English | Dzongkha Wednesday, October 27, 2021

Many in Samtse want to exchange their land with government reserve land

Sep 25, 2021

An increasing number of landowners in Samtse want to exchange their land with the government reserve land. Today, some of them live in constant fear of flash floods washing away their homes and land.  There are others unable to grow any crops as their land have turned barren due to erosion.

Among the many who applied for land exchange is 28-year-old Dali Maya Ghalley from Chhujoogthang or Chettri Tar village in Pemaling Gewog. She, along with her family, has to regularly check the condition of the road above their house which can erode any time. Following such a concern, she requested for another land to relocate her family this year. Her request is yet to be approved. “The road eroded last year as well as this. It slightly damaged our house. When it rains, we cannot sleep. We fear the road would slide down and bury us. We wait for the rain to stop and return to sleep,” she said.

In another village in the gewog, Chandra Koirala lives under a constant threat of a flash flood. There is a stream flowing above her house, which – fed by the rains- overflowed and nearly damaged her home and a cowshed a few months ago.

“The stream is not a big problem during the dry seasons. But in summer, it is a different story. The small stream above my house swells and causes flash floods. It washes down debris and damages our fields and cowsheds,” said Chandra from Pangthangjoong.

Similarly, nearly an acre of Bhakta Bdr Limbu’s land remains idle following a landslide triggered by a flash flood.

“It happened all of a sudden. We were working in our fields and I heard a loud sound. When I reached here, I saw the land had eroded. Our water pipes were also destroyed. I used to grow crops on the land and this year, I thought of planting orange trees,” said Bhakta Bdr, a resident of Pangthangjoong.

Bhakta Bdr plans to apply for a land exchange soon.

Of the 15 gewogs in Samtse, Pemaling alone has received over 40 land exchange applications so far. Of them, only 4 have been approved.

The local leaders, during the recent Dzongkhag Tshogdu, expressed concerns about the current land exchange rules and regulations. The Rules and Regulations for Lease of Government Reserved Forest Land and Government Land allows the exchange of rural registered land with government reserved land if the land is destroyed by natural calamities or if the land falls within critical watershed areas.

“Some of the villagers’ land are neat a water source and there are water reservoirs. So, they cannot work on the land. As per the land exchange rules, if one’s land is at a water source, the source should benefit a minimum of 100 households to claim an exchange. But in some cases, the water source benefits only about 20 to 30 households. This makes them ineligible to seek land exchange,” said Pemaling Gewog’s Mangmi Sangay Penjor.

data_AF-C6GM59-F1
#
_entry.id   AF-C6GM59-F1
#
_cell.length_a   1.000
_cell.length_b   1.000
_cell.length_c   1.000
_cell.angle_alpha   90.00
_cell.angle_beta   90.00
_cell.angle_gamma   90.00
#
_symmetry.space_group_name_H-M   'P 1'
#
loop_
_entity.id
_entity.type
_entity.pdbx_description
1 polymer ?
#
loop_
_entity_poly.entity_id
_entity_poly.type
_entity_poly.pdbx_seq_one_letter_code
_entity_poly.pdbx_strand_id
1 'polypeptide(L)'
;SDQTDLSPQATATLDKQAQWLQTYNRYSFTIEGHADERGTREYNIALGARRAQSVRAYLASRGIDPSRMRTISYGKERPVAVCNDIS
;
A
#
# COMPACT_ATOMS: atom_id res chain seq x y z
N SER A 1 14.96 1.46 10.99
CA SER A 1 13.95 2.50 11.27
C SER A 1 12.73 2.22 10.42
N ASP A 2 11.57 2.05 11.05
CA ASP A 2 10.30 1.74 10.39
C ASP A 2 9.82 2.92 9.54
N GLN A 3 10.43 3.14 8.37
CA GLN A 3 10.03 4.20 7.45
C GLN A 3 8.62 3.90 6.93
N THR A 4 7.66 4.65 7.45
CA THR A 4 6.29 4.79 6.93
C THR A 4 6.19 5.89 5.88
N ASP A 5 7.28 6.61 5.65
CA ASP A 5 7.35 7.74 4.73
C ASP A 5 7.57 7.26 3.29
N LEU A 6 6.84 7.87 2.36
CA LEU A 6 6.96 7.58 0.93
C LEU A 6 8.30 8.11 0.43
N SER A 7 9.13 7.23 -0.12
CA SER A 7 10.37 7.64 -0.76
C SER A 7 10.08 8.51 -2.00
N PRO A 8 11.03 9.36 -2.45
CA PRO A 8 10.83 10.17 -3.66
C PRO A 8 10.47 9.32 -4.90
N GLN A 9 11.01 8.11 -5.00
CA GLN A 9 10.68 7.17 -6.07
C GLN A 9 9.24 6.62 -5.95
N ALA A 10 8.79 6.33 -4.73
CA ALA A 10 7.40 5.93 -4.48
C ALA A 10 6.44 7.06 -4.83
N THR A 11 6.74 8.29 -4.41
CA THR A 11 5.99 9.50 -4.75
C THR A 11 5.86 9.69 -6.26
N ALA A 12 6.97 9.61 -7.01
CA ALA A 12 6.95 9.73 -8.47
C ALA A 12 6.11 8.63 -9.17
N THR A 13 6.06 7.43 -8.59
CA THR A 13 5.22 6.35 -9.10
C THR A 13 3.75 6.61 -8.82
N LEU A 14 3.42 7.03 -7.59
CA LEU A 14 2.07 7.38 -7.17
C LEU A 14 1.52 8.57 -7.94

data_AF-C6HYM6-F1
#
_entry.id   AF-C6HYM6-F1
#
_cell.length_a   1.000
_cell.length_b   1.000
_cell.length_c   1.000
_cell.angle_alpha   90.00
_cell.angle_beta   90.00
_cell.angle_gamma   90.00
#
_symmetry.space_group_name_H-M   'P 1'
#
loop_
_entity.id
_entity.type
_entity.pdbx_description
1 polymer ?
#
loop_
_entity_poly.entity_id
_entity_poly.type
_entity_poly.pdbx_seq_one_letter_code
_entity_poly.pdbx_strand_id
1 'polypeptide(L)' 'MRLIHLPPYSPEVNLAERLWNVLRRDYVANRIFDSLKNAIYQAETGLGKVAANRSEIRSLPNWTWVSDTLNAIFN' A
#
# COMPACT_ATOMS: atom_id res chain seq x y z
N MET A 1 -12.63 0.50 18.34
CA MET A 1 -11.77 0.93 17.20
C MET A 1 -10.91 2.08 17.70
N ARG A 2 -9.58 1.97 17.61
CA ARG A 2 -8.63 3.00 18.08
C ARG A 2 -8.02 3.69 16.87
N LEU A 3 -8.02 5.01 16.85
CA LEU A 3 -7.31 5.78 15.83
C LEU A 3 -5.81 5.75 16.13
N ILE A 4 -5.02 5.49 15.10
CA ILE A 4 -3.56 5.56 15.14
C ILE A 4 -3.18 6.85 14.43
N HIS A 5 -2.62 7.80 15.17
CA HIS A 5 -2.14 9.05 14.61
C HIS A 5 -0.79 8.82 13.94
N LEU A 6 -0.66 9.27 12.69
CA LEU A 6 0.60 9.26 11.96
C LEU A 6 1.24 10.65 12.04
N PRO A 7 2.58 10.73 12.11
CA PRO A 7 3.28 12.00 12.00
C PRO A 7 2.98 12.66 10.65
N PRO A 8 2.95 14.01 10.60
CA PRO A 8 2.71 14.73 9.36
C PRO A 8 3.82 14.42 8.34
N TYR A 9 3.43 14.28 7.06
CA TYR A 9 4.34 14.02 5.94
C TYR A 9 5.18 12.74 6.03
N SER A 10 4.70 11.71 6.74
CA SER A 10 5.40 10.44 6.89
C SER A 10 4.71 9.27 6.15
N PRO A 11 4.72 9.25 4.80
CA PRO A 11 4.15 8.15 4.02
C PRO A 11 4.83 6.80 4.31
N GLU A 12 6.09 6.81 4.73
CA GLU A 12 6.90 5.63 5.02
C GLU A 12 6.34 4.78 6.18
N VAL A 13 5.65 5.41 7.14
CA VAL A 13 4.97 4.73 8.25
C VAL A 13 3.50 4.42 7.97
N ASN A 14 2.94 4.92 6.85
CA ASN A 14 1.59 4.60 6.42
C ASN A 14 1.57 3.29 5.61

Samtse Gewog’s Gup Wangchuk Lepcha said “a lot of villagers are applying for land exchange because most of their land are filled with stones and sands. It cannot be used for farming. People do not own much land and whatever they have are also left barren.”

“In Dumtoed Gewog, from about 60 households who applied for land exchange, 20 households are genuine cases. They fulfil the criteria for a land exchange. Some of their land are near the water source and some have been damaged by natural hazards. However, the land exchange processes are too lengthy and it is taking time,” said Damber Singh Rai, Dumtoed Gup.

The district land registrar Tshultrim Zangmo said that giving land exchange service to every applicant will be difficult. There are limited  government reserve land. “As per the Land Act of Kingdom of Bhutan 2007, one can only apply for land exchange if their land has been damaged by natural calamities. At the dzongkhag level, we do not have the right to change the rules and regulations. And when it comes to giving land exchange to those who have unfertile lands, we cannot do that for everyone. We do not have a large government reserve land.”

The Dzongkhag Tshogdu decided to write to the National Land Commission Secretariat and the Samtse constituency’s Member of Parliament to relook into the rules and regulations on exchanging rural and government reserve land.

Samtse has the most number of land exchanged in the country. The National Land Commission Secretariat approved about a thousand applications in the district so far.

Passang Dorji, Samtse

Edited by Sonam Wangdi


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